How To Compress An Image

Wondering why your page is literally taking YEARS to upload? Is this some kind of sick joke?! How were you able to make a three course meal and come back only to find your site is still not ready to rock? Chances are you are a victim of “THE UNPROCESSED IMAGE.” Don, Don, DOOON! Not to worry, image size is a common problem on blogs. Aside from being annoying to your readers, this is a big issue with search engines. Google and others will penalize your site if you have long load times. Which means, you may have relevant content, but if your page takes a year and a half to load you won’t be showing up high in those results.

In this post we are going to hold your hand (figuratively) and walk you through how to compress an image. After that we can braid each other’s hair and talk about the cute boy, Daniel Drintex that live across the street. BUT ONLY AFTER. For now, we have better things to do. There are a ton of other tips of the trade that we have in regards to speeding up your site and showing up in search engines, so remember to keep up with our new posts by subscribing! Now, onto the good stuff.


There are two main issues that you need to fix in regards to your images, image dimensions, and how much space they take up. File format is important to be aware of so you can assess the right option for what you are trying to showcase.

1. Image Dimensions: Many people upload the images that come straight off of their camera. This is a BIG no-no. Seriously, if we see you do it again we will slap you on your wrists with a ruler. When you upload images straight from your camera you run the risk of those images being ginormous! These obscenely large images are completely unnecessary. Most blog posts are 800 px wide. Get your dimensions down to something below 1000 px. The height can be whatever you fancy, just be sure to size down your width.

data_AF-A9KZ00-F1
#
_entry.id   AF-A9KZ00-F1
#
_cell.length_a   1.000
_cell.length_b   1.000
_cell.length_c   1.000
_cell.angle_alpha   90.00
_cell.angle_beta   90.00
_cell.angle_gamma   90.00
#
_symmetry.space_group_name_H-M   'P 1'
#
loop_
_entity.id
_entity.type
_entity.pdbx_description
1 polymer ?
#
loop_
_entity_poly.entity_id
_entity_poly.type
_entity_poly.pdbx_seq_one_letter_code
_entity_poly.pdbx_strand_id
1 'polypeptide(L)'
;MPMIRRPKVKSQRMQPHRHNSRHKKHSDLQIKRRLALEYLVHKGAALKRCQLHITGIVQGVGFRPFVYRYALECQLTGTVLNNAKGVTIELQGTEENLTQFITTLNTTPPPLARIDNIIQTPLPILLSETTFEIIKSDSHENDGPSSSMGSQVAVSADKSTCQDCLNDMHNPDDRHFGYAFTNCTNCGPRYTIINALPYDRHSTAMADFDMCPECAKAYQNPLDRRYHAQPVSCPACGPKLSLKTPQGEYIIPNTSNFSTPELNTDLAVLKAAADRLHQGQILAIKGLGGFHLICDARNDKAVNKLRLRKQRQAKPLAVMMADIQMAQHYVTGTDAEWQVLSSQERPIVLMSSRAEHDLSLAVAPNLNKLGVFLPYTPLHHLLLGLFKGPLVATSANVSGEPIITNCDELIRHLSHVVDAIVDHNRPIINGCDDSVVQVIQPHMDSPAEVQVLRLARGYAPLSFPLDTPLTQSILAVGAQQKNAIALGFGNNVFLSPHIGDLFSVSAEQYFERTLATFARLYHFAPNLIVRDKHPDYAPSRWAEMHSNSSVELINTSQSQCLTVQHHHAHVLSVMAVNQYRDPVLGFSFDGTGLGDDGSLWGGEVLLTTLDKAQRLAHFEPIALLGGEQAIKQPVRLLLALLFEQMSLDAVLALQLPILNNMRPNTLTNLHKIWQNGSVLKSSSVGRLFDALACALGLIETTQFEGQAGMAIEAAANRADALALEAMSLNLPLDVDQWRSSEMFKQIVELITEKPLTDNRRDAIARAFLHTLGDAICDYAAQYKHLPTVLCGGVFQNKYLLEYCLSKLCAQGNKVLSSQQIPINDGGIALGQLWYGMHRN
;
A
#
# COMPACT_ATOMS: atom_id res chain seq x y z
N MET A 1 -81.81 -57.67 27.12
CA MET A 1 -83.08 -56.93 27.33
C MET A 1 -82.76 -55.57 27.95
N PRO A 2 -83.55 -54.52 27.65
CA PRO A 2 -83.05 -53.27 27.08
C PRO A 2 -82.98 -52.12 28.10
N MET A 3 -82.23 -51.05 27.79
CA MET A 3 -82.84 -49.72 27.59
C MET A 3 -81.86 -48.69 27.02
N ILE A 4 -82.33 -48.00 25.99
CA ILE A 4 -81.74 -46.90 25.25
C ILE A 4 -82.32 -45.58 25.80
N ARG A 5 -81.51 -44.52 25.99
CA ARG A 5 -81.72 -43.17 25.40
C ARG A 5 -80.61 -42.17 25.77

2. Space: When you upload pictures, they are saved with much more data than is necessary. EXIF data tags along for the ride and reveals personal details about you (camera type, GPS location, etc.) which are redundant. The initial images will be a few megabytes in size (MBs). However, you really do not want images to be much bigger than 500 KB, and even that is pushing the envelope a bit. You should be able to get it much, much lower.

Here is a little extra tip, you may think that when you upload photos to Blogger or Wordpress they are compressing your images. Sorry to break it to you, but they are most certainly not. They might shrink your image down to smaller dimensions (when you choose small, medium, or large), but that has nothing to do with compressing your file size.

3. File Format: You do not have to be a rocket scientist to figure out what type of file format you are using. Simply, look at the end of your file name and you’ll see “jpg,” “png,” or “gif.”

As long as you are using pngs and jpegs you are in the clear. We recommend sticking with jpgs because these are generally smaller files and are a good option for color photos. To put this in perspective, if you have a 400 KB png it would be equivalent to a 100-200 KB jpg. If you’re planning on getting fancy schmancy with your images here is a brief rundown on the three types and what they are good for.


As mentioned above, jpegs are better suited for colorful images. This particular format uses compression in order to reduce file size. Which means, you can save a high quality jpg at just a fraction of the file size taken up by a png.


Pngs are the cream of the crop when it comes to screenshots and website design images, i.e. icons and buttons. While the quality is higher, the file is larger. Pngs also let you use transparency, which may be important to some of you Photoshop wizards out there.